"Help: My corporate card incurred late fees!"
Dear Money Helps: Last fall I left my job at DaimlerChrysler for another opportunity. I had an American Express card for business expenses and filed my last expense report a week after I left. It took months for DaimlerChrysler to process the report, and when it finally did, it didn’t cover $300 in late fees. Isn’t the company responsible? My wife and I are buying a house and are worried that this will hurt our credit. - Mark Moores, Albuquerque
Answer: You’re right to be worried about your credit score. When your company gives you a corporate card, it’ll cover approved business expenses, but it’s your name and FICO score that suffer if there are late payments or other problems.
DaimlerChrysler spokesman Kevin McCormick admits that it took an unusually long time to process your expenses. That’s partly because you were no longer an employee and couldn’t submit your report electronically. So the paperwork took its sweet time finding its way to the right department.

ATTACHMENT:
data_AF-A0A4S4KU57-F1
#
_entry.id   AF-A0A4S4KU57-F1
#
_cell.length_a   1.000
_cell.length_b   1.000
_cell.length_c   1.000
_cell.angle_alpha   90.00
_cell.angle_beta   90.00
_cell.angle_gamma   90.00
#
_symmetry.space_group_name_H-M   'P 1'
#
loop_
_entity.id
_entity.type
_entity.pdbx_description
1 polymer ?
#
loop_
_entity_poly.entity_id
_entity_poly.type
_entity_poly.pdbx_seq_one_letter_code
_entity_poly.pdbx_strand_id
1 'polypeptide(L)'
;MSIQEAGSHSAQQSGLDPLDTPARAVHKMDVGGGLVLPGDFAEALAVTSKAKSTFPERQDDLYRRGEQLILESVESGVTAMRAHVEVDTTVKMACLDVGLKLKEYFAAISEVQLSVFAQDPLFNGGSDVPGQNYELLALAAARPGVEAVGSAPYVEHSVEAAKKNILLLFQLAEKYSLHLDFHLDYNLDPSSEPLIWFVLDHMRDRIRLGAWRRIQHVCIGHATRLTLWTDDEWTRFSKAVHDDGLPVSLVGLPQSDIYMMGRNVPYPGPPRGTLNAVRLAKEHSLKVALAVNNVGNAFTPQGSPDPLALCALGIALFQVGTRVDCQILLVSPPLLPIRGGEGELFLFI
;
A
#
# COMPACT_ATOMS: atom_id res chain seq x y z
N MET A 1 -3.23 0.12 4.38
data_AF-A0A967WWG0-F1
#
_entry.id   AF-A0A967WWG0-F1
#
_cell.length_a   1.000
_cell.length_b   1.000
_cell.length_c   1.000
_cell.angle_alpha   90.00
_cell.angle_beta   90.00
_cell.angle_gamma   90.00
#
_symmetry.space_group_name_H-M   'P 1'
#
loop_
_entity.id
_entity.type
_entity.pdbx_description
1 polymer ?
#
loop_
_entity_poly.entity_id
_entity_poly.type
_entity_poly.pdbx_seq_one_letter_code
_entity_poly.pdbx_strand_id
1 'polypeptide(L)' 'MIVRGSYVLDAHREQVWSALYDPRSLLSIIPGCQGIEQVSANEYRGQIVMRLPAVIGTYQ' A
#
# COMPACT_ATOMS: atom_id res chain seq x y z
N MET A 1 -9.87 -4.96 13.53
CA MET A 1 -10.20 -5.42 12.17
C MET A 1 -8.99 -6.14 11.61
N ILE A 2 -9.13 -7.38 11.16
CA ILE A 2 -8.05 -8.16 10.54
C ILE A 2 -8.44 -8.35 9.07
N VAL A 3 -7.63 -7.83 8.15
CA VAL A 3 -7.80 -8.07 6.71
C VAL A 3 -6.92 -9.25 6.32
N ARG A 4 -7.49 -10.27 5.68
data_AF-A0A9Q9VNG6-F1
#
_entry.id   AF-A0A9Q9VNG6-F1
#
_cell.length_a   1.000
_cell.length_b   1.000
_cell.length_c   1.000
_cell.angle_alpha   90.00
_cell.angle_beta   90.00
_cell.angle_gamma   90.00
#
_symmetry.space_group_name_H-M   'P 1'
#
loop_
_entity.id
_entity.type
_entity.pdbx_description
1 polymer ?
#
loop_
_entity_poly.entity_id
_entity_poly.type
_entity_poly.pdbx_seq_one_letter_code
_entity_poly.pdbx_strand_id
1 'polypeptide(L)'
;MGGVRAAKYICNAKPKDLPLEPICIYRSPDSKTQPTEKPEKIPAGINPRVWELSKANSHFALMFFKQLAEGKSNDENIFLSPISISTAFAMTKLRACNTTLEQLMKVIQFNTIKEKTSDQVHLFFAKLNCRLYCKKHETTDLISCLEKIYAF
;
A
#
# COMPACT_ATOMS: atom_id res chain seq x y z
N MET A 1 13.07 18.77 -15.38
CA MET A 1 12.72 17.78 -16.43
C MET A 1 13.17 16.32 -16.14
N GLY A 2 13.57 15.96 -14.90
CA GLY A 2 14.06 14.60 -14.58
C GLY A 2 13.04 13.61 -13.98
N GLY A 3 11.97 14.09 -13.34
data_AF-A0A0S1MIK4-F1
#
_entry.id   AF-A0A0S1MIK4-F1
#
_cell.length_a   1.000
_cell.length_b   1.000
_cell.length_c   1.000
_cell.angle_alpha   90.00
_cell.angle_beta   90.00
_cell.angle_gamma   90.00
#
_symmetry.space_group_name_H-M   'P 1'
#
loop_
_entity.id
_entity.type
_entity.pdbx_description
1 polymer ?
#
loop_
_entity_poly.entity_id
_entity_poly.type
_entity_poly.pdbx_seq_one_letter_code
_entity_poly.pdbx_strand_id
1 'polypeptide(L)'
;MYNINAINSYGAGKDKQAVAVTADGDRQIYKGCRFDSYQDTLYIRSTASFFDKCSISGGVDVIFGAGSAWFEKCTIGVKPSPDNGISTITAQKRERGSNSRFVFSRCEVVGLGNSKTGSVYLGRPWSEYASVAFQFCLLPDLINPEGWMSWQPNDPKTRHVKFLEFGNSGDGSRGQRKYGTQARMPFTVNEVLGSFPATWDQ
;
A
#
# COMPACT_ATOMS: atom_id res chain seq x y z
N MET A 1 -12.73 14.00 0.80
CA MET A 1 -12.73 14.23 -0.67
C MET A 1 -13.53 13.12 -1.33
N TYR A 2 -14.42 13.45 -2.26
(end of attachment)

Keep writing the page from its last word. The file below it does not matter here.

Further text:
But the company isn’t willing to absorb all the blame: Your ex-employer has a policy that expenses must be submitted within 10 working days of the completion of a trip in which they occurred. And you, like many of us, procrastinated. Some of the charges were months old. It may seem like DaimlerChrysler is being unduly fussy over what is corporate pocket change, but the automaker isn’t alone in cracking down on expense report rules: 63% of companies scrutinize employees’ T&Es more than in the past, according to a 2006 survey by American Express.
McCormick says that DaimlerChrysler will pick up $233 of the $300 balance on your card to cover late fees for items that were within the 10-day window. But you’re still on the hook for the $67 in fees incurred from expenses that you should have submitted before you left the company.
In better news, American Express had yet to report the delinquency to the credit bureaus, so your score didn’t suffer. (The issuer says it typically won’t rat on cardholders until they’re at least six months overdue, though that’s not a hard-and-fast rule.)
Lesson learned: When you have expenses to claim, the sooner you submit them, the better. Now if only somebody could find a way to make the task as enjoyable as racking up charges on the company dime…